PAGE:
In my title I describe delegation as an art, which in fact, it is. It can, however, be as frustrating as it can be liberating.
There is a tight rope a leader finds themselves on: delegate too much too soon, and it may seem that you have a laissez-faire approach, delegate too little too infrequently, and you have a controlling approach. For many leaders, delegating is something they know they should do, but don’t do. And when leaders do not delegate, the organisation suffers.
Leaders are regularly challenged with identifying what tasks they can delegate, how to delegate not only a task but also responsibility, or what assignments may be opportunities for learning and advancement for their team members. They may feel that they are abandoning their responsibilities or may fear that the team member might let them down and it would reflect badly on him or her. In addition, these leaders may not have been exposed to leaders who could show them how to delegate successfully and therefore have not learnt the skills needed to do so effectively.
So, for a leader to be able to delegate effectively, they should state their objectives, understand what behaviours are keeping them back from delegating and address these concerns. Leaders who find it hard to delegate should challenge themselves to start delegating bit by bit, and try to stick with it and overcome and challenge assumptions. To begin with, the leader should try small, low risk delegation trials to see if these fears are justifiable or not.
Concurrently, team members should take on these delegated tasks in a paced manner so as to gain confidence and learn how to take on these new responsibilities.Basically, this process should be undertaken in digestible chunks so all the parties involved can build trust in a ‘safe’ manner. Once the attitude towards delegation is changed, then we need to focus on changing behaviours.
So, what is best practice and how can a leader delegate effectively?
Some people are born delegators. They involve everyone effectively and get the job done. In my experience working with a number of business leaders, I have been given the opportunity to learn what works and what does not, and I wish to share these elements with you so that you can try them out.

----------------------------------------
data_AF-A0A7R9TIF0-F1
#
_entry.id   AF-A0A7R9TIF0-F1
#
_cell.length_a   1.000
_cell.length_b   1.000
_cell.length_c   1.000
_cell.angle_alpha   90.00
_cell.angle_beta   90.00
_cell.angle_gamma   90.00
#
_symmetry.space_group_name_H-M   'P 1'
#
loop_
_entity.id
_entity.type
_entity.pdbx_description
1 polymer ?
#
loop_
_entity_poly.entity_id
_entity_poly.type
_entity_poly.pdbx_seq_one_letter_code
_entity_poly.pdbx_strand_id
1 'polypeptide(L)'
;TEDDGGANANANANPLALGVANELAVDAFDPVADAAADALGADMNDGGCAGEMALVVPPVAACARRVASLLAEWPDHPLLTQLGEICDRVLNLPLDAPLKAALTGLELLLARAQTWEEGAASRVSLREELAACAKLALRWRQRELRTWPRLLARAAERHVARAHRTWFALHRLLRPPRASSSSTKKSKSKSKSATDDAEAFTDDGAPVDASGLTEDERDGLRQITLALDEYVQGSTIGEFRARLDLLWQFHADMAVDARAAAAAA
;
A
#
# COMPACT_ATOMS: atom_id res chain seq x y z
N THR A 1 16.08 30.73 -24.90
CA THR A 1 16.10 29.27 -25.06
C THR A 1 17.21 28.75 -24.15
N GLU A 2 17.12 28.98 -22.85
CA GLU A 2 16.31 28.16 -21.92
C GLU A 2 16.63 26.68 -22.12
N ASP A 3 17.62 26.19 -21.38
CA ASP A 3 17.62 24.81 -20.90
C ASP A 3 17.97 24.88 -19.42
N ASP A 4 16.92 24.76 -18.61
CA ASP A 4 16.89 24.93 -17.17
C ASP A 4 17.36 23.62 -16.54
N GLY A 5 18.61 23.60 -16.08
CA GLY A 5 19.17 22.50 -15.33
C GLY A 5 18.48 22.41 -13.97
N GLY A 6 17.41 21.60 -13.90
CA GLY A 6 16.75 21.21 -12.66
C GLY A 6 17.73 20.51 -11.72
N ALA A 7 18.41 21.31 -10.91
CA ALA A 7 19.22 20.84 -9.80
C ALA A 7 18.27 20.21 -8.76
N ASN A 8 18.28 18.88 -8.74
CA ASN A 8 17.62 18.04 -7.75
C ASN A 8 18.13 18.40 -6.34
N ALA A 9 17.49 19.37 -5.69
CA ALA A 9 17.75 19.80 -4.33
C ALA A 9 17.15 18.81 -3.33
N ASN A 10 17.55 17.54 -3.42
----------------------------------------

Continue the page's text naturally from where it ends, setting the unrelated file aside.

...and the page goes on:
Choice – effective delegators choose the right person and explain why they chose that particular person to take on the task. So, they consider not only who can do the task, but also who needs to develop these skills. Who has the ability and resources? Who has shown interest or is willing to take on a challenge? Who would feel that this is a reward?
Clarity – successful delegators are particularly good at communicating the level of autonomy and responsibility a person has to deliver a task.
Motivation – successful delegators create a motivating environment. They mentor and dive in and out of the project when needed, are always available and celebrate successes, both big and small.
Mistakes are ok – they also understand that mistakes are part of the learning process and are tolerant and patient.
Outcome – time is dedicated to explaining required results in detail and explaining why the task is an important contributor to the bigger picture. Therefore, answering the following questions:
‘What are we accomplishing?’
‘Why are we doing it?’
‘What would be deemed to be a satisfactory or excellent job?’
Resources – simply put, does the team have the resources they need to do the job well? Resources can mean money, supplies, equipment and other physical items but it can also be intangible, such as skill to accomplish the job, training, time or even moral support from others.
Keeping it in check – successful delegators do not abandon their team members. They set checkpoints, timelines and set aside time for contact meetings so that they neither micromanage nor under-lead.
Creativity – they do not impose a way of working and appreciate that different team members might work differently to accomplish the same objectives. So, they encourage creative ways for team members to accomplish goals. I hope that you find these useful and that you are able to master the art of delegation. Delegating effectively will allow you to maximise and channel your resources efficiently, motivate and develop your team and ultimately grow a culture where delegation is entrenched in the way of working at your organisation.
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